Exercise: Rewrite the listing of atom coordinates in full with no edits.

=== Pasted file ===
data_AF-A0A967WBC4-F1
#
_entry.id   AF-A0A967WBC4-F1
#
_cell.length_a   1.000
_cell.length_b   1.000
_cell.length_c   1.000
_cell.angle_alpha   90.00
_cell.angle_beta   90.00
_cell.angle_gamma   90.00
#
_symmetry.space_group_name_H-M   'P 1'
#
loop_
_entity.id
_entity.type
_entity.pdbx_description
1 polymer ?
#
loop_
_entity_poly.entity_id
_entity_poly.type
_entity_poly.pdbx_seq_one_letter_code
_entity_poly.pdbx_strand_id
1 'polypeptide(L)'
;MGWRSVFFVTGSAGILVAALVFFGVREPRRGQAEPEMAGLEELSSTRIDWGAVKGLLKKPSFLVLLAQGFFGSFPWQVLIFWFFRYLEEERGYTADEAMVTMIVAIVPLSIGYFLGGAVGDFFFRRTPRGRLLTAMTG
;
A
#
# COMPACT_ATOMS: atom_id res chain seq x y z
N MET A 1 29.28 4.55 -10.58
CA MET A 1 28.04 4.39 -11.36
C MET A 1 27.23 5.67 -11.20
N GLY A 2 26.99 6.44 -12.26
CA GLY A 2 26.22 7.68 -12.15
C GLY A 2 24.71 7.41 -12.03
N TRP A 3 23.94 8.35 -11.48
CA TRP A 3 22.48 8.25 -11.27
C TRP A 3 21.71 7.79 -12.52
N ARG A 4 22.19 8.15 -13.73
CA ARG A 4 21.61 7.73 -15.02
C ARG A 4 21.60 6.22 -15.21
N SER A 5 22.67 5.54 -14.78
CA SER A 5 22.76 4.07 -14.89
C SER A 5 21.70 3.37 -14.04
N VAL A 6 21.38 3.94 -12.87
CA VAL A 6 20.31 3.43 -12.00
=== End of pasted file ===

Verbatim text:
data_AF-A0A967WBC4-F1
#
_entry.id   AF-A0A967WBC4-F1
#
_cell.length_a   1.000
_cell.length_b   1.000
_cell.length_c   1.000
_cell.angle_alpha   90.00
_cell.angle_beta   90.00
_cell.angle_gamma   90.00
#
_symmetry.space_group_name_H-M   'P 1'
#
loop_
_entity.id
_entity.type
_entity.pdbx_description
1 polymer ?
#
loop_
_entity_poly.entity_id
_entity_poly.type
_entity_poly.pdbx_seq_one_letter_code
_entity_poly.pdbx_strand_id
1 'polypeptide(L)'
;MGWRSVFFVTGSAGILVAALVFFGVREPRRGQAEPEMAGLEELSSTRIDWGAVKGLLKKPSFLVLLAQGFFGSFPWQVLIFWFFRYLEEERGYTADEAMVTMIVAIVPLSIGYFLGGAVGDFFFRRTPRGRLLTAMTG
;
A
#
# COMPACT_ATOMS: atom_id res chain seq x y z
N MET A 1 29.28 4.55 -10.58
CA MET A 1 28.04 4.39 -11.36
C MET A 1 27.23 5.67 -11.20
N GLY A 2 26.99 6.44 -12.26
CA GLY A 2 26.22 7.68 -12.15
C GLY A 2 24.71 7.41 -12.03
N TRP A 3 23.94 8.35 -11.48
CA TRP A 3 22.48 8.25 -11.27
C TRP A 3 21.71 7.79 -12.52
N ARG A 4 22.19 8.15 -13.73
CA ARG A 4 21.61 7.73 -15.02
C ARG A 4 21.60 6.22 -15.21
N SER A 5 22.67 5.54 -14.78
CA SER A 5 22.76 4.07 -14.89
C SER A 5 21.70 3.37 -14.04
N VAL A 6 21.38 3.94 -12.87
CA VAL A 6 20.31 3.43 -12.00